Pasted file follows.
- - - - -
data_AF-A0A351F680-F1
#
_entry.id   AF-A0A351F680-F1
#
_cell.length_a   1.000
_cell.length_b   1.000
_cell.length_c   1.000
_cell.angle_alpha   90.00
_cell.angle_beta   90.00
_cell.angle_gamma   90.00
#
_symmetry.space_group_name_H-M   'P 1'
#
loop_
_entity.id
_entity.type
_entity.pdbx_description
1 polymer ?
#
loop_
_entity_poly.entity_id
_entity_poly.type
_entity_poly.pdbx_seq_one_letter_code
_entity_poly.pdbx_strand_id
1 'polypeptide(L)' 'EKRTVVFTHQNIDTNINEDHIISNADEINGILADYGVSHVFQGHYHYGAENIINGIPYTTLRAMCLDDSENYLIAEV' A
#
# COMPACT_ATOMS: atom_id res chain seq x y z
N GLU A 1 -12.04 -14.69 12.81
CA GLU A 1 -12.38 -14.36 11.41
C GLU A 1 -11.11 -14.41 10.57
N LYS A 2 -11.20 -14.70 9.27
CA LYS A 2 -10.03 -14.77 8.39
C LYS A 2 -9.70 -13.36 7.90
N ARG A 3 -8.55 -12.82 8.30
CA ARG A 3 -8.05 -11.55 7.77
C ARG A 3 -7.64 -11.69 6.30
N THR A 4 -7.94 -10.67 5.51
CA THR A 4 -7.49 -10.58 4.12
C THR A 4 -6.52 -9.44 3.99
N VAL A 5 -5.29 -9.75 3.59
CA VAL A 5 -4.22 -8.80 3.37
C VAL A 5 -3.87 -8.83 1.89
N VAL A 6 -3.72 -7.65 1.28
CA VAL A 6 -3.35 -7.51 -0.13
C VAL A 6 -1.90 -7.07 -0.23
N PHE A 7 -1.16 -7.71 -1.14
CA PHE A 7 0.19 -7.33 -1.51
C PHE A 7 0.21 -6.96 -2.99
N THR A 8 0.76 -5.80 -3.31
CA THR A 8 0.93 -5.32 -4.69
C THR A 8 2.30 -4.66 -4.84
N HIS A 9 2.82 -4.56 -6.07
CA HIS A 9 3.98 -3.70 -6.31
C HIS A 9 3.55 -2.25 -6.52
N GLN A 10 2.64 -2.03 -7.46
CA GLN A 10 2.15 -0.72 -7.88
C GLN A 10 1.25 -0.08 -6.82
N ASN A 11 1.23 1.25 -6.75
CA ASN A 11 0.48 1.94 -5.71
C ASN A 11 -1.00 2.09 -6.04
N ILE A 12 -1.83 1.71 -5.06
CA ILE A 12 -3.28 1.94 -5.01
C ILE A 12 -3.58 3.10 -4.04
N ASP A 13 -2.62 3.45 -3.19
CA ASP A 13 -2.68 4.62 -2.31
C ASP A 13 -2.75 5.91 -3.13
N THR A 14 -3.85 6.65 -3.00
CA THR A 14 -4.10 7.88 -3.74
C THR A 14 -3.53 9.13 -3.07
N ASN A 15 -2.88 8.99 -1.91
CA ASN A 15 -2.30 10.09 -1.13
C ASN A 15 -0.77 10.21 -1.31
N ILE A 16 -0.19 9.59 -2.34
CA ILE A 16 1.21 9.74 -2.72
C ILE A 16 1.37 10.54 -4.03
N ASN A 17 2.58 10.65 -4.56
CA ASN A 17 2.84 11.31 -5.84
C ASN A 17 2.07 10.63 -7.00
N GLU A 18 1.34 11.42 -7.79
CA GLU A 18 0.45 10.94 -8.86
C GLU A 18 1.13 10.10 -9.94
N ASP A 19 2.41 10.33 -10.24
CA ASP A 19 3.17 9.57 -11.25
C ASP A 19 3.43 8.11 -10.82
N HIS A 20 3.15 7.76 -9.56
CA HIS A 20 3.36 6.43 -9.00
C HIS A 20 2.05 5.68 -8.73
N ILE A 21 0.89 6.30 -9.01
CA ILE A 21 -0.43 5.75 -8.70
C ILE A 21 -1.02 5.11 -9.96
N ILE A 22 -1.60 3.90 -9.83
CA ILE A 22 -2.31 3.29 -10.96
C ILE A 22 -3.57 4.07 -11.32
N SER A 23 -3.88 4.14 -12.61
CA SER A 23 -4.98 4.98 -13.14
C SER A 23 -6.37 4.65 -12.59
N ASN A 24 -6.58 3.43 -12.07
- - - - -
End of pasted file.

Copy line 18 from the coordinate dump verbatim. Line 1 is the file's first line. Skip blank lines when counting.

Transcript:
1 polymer ?